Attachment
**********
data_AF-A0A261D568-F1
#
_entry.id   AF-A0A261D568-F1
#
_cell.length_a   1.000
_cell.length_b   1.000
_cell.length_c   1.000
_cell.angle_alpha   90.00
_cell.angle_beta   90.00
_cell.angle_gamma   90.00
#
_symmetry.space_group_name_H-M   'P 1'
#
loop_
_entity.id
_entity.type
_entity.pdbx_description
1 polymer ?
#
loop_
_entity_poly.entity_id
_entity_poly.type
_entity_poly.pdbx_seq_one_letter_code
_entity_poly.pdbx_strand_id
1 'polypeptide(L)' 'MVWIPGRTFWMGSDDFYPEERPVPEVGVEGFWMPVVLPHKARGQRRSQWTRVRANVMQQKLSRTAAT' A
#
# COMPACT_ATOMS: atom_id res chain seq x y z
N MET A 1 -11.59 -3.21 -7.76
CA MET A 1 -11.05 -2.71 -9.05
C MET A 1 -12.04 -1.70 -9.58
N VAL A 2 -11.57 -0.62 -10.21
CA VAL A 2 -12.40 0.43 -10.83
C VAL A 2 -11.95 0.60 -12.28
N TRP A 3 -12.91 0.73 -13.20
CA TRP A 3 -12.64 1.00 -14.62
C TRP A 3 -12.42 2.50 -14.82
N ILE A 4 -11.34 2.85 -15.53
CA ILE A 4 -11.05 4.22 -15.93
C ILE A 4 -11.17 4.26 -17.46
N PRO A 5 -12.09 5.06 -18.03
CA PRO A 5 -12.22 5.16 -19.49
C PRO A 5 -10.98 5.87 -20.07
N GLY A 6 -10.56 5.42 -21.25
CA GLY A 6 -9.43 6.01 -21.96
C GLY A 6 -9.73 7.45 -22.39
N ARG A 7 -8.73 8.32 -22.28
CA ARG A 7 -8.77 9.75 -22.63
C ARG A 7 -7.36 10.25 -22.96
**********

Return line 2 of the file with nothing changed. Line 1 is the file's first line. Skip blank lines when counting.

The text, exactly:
#